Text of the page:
Two months later, in September of 1947, Rickett was given another field assignment. He was ordered to assist Manhattan Project scientist Dr. Lincoln La Paz, from the University of New Mexico at Albuquerque. La Paz was a famous meteor expert, as well as a nuclear scientist, and had just arrived at the base in Roswell after being briefed in Washington, D.C. Their special assignment: to determine the speed and trajectory of the unknown object that had crashed northwest of town.

Rickett described to our investigation that he and La Paz discovered a possible touchdown point about 5 miles northwest of the debris field on the old Foster ranch. Not only did they recover a small number of pieces identical to the material Rickett had handled before, they were startled to find that the sand in the high-desert terrain had crystallized, apparently as a result of exposure to tremendous heat. There was also one last item discovered that didn't match any of the debris described heretofore: a seamless black box. Rickett told us that it was a little bigger than a shoebox, like shiny plastic, and didn't weigh anything. Try as they may, "there was no getting inside of it, that's if there even was an inside," laughed Rickett. 8

They spent a total of three weeks interviewing witnesses and making calculations, which were contained in La Paz's official report. Rickett never had a chance to see the document, because it, along with the new physical evidence, was delivered directly to the Pentagon. The professor did confide to the plain-clothes intelligence specialist that, based on all the new data and hardware they'd collected and tested, the original object was an "unmanned interplanetary probe."9

Sgt. Rickett continued to search for answers. Unfortunately, his supervising officer, Capt. Cavitt, refused to discuss the matter with him.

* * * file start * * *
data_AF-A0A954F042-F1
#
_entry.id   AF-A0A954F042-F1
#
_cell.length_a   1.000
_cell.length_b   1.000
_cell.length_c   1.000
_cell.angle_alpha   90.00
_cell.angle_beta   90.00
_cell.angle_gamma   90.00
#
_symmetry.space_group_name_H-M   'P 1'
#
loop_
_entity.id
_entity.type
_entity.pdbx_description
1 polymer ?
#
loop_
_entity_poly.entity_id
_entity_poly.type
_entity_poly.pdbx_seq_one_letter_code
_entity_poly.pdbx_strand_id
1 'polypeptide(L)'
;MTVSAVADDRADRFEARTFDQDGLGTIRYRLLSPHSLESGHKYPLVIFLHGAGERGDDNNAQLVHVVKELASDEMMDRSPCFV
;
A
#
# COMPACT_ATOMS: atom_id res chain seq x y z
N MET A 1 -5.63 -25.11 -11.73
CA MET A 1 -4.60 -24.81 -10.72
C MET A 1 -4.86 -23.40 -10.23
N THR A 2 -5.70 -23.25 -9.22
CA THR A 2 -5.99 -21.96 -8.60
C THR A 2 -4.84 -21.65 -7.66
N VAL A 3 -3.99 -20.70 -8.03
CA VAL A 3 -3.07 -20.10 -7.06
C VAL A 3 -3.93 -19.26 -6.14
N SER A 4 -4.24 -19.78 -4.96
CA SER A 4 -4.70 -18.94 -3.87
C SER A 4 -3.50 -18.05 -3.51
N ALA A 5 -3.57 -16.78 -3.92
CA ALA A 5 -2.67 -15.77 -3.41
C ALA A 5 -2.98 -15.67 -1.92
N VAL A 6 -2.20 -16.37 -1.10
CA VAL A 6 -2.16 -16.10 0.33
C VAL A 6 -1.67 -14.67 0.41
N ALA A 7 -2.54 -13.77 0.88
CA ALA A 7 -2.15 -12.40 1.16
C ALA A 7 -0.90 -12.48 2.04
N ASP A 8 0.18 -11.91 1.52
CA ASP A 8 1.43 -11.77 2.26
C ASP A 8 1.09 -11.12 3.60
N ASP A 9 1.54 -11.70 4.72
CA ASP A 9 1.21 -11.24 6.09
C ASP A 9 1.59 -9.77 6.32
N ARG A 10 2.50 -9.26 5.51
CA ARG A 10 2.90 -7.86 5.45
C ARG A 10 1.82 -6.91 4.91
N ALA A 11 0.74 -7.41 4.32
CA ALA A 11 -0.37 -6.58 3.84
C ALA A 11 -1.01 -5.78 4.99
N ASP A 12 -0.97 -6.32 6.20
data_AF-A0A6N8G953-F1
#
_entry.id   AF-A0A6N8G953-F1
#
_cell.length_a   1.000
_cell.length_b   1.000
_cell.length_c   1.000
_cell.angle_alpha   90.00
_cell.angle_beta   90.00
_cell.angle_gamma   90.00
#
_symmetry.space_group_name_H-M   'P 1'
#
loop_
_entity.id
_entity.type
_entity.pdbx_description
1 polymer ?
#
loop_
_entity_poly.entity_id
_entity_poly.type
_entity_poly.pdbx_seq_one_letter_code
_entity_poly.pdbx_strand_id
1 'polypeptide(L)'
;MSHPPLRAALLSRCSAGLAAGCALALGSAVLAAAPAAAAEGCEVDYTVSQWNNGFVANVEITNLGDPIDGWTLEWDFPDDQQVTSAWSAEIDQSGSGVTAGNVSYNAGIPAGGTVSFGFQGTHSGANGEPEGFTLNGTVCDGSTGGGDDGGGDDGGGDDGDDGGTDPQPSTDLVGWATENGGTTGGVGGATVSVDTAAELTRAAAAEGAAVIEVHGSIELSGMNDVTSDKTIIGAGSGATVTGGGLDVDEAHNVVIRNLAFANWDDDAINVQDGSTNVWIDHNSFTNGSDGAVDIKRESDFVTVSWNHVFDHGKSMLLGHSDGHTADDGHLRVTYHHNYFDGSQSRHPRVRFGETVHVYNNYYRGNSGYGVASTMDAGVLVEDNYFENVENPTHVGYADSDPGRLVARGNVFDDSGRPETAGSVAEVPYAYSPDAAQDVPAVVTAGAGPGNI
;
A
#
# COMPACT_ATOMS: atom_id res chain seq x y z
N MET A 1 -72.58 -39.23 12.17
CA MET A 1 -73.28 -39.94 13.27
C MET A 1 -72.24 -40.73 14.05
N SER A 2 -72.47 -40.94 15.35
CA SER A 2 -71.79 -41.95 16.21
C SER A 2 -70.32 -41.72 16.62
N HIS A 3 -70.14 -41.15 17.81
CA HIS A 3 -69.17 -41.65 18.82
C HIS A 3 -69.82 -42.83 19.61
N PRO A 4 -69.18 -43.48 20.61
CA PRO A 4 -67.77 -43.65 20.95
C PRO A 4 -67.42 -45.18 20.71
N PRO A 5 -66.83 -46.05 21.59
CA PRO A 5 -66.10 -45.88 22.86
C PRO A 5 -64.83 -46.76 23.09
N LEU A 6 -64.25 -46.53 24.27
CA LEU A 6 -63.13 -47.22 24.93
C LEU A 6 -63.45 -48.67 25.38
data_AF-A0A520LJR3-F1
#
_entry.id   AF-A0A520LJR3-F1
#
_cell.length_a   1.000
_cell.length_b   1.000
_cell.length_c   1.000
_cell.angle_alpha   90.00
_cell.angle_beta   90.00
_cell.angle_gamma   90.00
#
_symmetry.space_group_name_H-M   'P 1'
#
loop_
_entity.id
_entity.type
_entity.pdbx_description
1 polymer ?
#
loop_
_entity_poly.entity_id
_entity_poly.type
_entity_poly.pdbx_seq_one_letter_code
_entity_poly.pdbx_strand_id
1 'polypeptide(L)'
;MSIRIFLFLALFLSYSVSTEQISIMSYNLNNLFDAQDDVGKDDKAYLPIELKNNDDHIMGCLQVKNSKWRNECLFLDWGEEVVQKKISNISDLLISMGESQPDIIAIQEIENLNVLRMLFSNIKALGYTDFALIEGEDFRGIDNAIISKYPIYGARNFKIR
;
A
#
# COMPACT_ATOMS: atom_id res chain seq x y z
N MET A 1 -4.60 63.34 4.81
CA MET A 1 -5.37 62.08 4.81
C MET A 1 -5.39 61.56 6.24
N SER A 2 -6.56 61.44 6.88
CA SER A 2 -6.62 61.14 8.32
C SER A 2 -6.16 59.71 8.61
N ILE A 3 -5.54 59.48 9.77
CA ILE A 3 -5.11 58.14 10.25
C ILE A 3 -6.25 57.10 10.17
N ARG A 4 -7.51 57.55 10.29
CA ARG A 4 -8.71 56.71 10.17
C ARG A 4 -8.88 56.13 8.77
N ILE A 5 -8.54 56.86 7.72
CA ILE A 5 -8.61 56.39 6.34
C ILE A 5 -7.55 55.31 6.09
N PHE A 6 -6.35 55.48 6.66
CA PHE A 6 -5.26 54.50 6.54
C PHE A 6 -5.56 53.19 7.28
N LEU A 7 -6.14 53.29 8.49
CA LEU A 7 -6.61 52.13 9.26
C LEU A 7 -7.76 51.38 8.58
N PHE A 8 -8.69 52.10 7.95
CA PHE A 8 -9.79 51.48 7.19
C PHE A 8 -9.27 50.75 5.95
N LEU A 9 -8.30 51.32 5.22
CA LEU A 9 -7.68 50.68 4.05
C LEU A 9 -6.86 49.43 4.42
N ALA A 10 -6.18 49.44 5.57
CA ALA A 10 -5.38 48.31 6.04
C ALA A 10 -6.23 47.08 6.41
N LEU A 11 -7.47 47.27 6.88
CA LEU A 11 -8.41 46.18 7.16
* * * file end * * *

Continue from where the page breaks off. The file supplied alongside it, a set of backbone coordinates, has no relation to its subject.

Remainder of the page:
One year later, Rickett met once again with Dr. La Paz, this time in Albuquerque. La Paz remained convinced that the object that exploded near Corona was from another planet. In all his confidential meetings with various government  agencies, he said he had learned nothing that contradicted that position.10

The very next month, while on assignment in Washington, D.C., Rickett met with fellow counterintelligence agent Joe Wirth. Rickett asked about the status of the materials recovered at Roswell the previous year. According to Wirth, the government's top researchers had yet to identify its metallurgic makeup and still "hadn't been able to cut it."11

One can well imagine Bill Rickett's surprise when, after more than 40 years of silence, he received a very unexpected evening phone call in 1991 from his former commanding officer. "Happy Birthday, Bill," exclaimed the voice on the other end of the phone, "Its Cav, your old boss." After exchanging pleasantries, Cavitt queried, "Have you been talking to anyone about what happened back in 1947?" Rickett identified one of the coauthors, whom Cavitt had met as well, and Cavitt pressed the issue, "What have you been telling him?" Pressing further, Cavitt added, "We both know what really happened out there, don't we, Bill?" To which Rickett responded, "We sure do." After a short pause Cavitt responded, "Well, maybe someday...Goodbye, Bill."

Lewis "Bill" Rickett, who passed away in October 1993, never heard from the officer who introduced him to the Roswell Incident again. 12